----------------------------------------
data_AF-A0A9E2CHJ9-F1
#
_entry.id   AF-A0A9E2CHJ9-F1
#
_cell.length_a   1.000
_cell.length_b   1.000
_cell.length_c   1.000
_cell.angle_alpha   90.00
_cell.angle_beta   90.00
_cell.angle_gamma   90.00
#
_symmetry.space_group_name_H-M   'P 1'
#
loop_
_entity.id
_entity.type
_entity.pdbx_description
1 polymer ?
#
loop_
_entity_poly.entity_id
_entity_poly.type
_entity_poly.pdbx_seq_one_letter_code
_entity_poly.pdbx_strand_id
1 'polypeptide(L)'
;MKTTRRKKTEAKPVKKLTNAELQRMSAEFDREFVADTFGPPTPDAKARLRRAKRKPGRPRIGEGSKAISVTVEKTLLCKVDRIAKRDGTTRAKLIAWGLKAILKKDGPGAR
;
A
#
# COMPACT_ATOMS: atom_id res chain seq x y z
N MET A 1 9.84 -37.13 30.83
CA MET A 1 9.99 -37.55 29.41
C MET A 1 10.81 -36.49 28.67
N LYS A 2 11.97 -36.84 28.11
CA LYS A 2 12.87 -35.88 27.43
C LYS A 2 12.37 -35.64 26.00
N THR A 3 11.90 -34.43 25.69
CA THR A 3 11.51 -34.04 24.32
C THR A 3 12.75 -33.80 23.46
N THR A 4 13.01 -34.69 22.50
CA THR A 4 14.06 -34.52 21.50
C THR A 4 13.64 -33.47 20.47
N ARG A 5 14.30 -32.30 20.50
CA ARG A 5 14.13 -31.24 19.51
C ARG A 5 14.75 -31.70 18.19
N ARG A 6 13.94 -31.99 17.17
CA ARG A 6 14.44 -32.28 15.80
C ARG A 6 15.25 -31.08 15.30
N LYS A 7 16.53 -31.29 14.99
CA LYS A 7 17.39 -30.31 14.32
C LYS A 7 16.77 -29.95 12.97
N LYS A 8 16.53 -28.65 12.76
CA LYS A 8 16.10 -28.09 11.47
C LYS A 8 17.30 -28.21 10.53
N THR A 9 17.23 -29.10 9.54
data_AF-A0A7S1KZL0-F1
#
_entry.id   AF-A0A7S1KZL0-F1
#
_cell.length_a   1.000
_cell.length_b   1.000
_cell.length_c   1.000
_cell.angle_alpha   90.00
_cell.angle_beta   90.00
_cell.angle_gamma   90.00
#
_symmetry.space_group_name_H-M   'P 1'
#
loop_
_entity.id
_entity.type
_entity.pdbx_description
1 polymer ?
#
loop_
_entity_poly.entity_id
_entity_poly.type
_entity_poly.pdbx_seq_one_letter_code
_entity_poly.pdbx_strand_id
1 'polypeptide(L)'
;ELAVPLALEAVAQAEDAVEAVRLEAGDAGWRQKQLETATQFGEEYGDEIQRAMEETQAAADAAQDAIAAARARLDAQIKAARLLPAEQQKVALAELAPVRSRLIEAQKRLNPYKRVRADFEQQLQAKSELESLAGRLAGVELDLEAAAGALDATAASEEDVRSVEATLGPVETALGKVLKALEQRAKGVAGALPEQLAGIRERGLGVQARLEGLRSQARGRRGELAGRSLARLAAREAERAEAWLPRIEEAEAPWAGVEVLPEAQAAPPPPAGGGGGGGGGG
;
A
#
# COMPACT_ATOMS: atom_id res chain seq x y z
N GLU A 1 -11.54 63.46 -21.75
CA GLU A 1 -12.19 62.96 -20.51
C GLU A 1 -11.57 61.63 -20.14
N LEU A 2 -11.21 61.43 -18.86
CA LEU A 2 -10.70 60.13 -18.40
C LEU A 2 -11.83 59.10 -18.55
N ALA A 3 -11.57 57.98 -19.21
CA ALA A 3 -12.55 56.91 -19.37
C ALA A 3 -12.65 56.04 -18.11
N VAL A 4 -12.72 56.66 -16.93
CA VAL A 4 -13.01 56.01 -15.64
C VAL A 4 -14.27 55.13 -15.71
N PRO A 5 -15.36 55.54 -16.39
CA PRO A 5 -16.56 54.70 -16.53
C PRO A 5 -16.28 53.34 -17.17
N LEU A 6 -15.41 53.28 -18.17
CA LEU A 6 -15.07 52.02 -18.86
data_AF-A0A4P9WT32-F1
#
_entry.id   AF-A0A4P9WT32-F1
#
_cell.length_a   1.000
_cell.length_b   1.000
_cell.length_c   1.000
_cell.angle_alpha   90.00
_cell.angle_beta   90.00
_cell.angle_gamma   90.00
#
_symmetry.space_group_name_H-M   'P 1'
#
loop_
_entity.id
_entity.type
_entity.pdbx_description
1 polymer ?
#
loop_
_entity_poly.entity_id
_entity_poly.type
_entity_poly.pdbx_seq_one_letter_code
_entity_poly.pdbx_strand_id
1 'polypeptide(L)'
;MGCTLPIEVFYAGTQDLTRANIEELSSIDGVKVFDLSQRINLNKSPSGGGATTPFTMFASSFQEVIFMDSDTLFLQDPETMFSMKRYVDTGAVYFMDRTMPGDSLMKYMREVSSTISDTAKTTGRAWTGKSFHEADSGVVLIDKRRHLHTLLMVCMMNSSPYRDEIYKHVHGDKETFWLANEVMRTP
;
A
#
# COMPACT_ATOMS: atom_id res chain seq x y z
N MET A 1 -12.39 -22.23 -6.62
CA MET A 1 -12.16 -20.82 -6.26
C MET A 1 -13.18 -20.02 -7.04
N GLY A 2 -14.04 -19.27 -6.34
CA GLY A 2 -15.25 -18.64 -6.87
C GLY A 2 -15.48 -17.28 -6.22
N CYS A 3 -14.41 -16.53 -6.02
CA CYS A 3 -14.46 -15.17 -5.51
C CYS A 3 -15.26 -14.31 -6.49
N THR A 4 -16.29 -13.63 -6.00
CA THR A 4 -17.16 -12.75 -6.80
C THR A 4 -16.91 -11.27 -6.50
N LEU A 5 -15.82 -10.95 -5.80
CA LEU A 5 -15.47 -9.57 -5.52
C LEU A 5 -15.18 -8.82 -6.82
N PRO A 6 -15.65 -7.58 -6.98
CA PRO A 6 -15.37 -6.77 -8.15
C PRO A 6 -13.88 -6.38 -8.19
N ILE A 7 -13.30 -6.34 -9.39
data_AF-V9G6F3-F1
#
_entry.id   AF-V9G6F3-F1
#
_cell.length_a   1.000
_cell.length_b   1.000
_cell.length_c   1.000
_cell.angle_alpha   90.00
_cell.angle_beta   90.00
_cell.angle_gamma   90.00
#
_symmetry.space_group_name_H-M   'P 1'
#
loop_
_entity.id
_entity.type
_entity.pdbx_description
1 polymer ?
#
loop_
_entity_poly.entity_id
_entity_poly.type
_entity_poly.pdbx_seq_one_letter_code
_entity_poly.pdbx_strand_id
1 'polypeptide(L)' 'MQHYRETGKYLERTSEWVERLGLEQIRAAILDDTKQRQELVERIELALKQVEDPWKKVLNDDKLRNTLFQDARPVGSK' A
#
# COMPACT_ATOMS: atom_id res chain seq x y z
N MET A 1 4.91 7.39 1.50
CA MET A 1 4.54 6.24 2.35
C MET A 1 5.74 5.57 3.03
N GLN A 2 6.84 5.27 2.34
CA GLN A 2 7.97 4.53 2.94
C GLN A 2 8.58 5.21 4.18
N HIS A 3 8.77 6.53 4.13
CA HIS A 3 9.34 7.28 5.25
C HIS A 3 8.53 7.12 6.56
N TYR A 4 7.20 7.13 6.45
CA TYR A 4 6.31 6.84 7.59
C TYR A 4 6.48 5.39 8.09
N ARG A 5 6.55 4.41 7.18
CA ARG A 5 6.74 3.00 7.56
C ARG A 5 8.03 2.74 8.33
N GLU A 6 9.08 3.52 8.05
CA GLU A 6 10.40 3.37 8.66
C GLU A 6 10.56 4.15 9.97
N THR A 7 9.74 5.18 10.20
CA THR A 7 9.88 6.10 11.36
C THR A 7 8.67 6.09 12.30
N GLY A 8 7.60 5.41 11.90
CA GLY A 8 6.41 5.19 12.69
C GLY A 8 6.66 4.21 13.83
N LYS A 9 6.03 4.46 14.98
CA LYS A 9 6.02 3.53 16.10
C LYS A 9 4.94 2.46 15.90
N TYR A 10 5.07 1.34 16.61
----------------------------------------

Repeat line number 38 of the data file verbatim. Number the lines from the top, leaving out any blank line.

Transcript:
CA THR A 3 11.51 -34.04 24.32